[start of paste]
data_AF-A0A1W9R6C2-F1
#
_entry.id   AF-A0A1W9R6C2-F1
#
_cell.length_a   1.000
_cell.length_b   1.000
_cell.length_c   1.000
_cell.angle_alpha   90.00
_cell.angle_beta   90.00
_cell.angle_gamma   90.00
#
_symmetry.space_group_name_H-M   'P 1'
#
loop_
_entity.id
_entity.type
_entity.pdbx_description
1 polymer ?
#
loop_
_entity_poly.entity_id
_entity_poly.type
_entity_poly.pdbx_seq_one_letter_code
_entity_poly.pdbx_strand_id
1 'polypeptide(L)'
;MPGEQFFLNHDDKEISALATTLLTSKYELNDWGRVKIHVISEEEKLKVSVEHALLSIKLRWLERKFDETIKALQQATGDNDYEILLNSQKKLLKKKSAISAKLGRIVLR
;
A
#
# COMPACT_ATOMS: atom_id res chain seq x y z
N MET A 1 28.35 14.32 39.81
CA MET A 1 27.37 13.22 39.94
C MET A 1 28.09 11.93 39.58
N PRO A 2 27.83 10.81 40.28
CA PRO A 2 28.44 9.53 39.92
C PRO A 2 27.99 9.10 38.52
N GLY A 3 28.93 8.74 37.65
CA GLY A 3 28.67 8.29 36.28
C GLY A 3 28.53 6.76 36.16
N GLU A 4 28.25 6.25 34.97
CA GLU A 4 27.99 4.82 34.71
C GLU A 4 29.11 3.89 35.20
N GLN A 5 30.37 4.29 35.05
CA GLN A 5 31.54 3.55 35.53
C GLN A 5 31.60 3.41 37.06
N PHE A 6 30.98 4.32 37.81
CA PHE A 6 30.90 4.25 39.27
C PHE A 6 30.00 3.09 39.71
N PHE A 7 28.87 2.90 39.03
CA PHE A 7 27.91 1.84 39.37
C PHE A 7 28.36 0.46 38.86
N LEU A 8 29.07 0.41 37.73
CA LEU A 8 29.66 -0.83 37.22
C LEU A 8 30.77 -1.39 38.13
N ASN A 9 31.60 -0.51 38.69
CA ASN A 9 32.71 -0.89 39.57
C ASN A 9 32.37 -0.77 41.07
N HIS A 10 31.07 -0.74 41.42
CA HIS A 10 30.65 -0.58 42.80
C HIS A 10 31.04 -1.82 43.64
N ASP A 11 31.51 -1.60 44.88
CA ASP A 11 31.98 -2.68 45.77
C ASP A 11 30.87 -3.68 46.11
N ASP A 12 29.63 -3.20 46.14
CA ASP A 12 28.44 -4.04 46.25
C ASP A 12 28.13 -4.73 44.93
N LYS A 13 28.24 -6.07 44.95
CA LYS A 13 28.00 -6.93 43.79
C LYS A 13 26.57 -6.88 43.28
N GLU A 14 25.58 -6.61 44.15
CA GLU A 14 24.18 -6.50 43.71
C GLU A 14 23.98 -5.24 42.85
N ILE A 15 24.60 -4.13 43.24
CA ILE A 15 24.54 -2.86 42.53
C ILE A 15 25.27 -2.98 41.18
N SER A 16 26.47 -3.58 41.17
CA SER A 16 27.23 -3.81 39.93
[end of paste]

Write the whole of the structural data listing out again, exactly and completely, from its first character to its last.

data_AF-A0A1W9R6C2-F1
#
_entry.id   AF-A0A1W9R6C2-F1
#
_cell.length_a   1.000
_cell.length_b   1.000
_cell.length_c   1.000
_cell.angle_alpha   90.00
_cell.angle_beta   90.00
_cell.angle_gamma   90.00
#
_symmetry.space_group_name_H-M   'P 1'
#
loop_
_entity.id
_entity.type
_entity.pdbx_description
1 polymer ?
#
loop_
_entity_poly.entity_id
_entity_poly.type
_entity_poly.pdbx_seq_one_letter_code
_entity_poly.pdbx_strand_id
1 'polypeptide(L)'
;MPGEQFFLNHDDKEISALATTLLTSKYELNDWGRVKIHVISEEEKLKVSVEHALLSIKLRWLERKFDETIKALQQATGDNDYEILLNSQKKLLKKKSAISAKLGRIVLR
;
A
#
# COMPACT_ATOMS: atom_id res chain seq x y z
N MET A 1 28.35 14.32 39.81
CA MET A 1 27.37 13.22 39.94
C MET A 1 28.09 11.93 39.58
N PRO A 2 27.83 10.81 40.28
CA PRO A 2 28.44 9.53 39.92
C PRO A 2 27.99 9.10 38.52
N GLY A 3 28.93 8.74 37.65
CA GLY A 3 28.67 8.29 36.28
C GLY A 3 28.53 6.76 36.16
N GLU A 4 28.25 6.25 34.97
CA GLU A 4 27.99 4.82 34.71
C GLU A 4 29.11 3.89 35.20
N GLN A 5 30.37 4.29 35.05
CA GLN A 5 31.54 3.55 35.53
C GLN A 5 31.60 3.41 37.06
N PHE A 6 30.98 4.32 37.81
CA PHE A 6 30.90 4.25 39.27
C PHE A 6 30.00 3.09 39.71
N PHE A 7 28.87 2.90 39.03
CA PHE A 7 27.91 1.84 39.37
C PHE A 7 28.36 0.46 38.86
N LEU A 8 29.07 0.41 37.73
CA LEU A 8 29.66 -0.83 37.22
C LEU A 8 30.77 -1.39 38.13
N ASN A 9 31.60 -0.51 38.69
CA ASN A 9 32.71 -0.89 39.57
C ASN A 9 32.37 -0.77 41.07
N HIS A 10 31.07 -0.74 41.42
CA HIS A 10 30.65 -0.58 42.80
C HIS A 10 31.04 -1.82 43.64
N ASP A 11 31.51 -1.60 44.88
CA ASP A 11 31.98 -2.68 45.77
C ASP A 11 30.87 -3.68 46.11
N ASP A 12 29.63 -3.20 46.14
CA ASP A 12 28.44 -4.04 46.25
C ASP A 12 28.13 -4.73 44.93
N LYS A 13 28.24 -6.07 44.95
CA LYS A 13 28.00 -6.93 43.79
C LYS A 13 26.57 -6.88 43.28
N GLU A 14 25.58 -6.61 44.15
CA GLU A 14 24.18 -6.50 43.71
C GLU A 14 23.98 -5.24 42.85
N ILE A 15 24.60 -4.13 43.24
CA ILE A 15 24.54 -2.86 42.53
C ILE A 15 25.27 -2.98 41.18
N SER A 16 26.47 -3.58 41.17
CA SER A 16 27.23 -3.81 39.93